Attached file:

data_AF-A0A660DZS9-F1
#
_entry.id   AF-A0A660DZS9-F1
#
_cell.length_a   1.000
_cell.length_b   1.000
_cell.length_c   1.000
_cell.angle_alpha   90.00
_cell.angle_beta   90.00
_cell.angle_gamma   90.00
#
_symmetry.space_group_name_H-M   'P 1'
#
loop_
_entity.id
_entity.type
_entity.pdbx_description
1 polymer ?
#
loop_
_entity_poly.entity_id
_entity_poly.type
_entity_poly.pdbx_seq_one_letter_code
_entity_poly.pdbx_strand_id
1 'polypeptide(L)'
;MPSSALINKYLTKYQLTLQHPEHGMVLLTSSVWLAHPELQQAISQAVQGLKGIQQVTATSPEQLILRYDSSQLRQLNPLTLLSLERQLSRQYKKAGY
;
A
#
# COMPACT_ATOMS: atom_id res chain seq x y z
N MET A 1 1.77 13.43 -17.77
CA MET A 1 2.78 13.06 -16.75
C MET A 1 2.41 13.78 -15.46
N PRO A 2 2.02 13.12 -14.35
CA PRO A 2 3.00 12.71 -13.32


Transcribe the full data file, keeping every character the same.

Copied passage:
data_AF-A0A660DZS9-F1
#
_entry.id   AF-A0A660DZS9-F1
#
_cell.length_a   1.000
_cell.length_b   1.000
_cell.length_c   1.000
_cell.angle_alpha   90.00
_cell.angle_beta   90.00
_cell.angle_gamma   90.00
#
_symmetry.space_group_name_H-M   'P 1'
#
loop_
_entity.id
_entity.type
_entity.pdbx_description
1 polymer ?
#
loop_
_entity_poly.entity_id
_entity_poly.type
_entity_poly.pdbx_seq_one_letter_code
_entity_poly.pdbx_strand_id
1 'polypeptide(L)'
;MPSSALINKYLTKYQLTLQHPEHGMVLLTSSVWLAHPELQQAISQAVQGLKGIQQVTATSPEQLILRYDSSQLRQLNPLTLLSLERQLSRQYKKAGY
;
A
#
# COMPACT_ATOMS: atom_id res chain seq x y z
N MET A 1 1.77 13.43 -17.77
CA MET A 1 2.78 13.06 -16.75
C MET A 1 2.41 13.78 -15.46
N PRO A 2 2.02 13.12 -14.35
CA PRO A 2 3.00 12.71 -13.32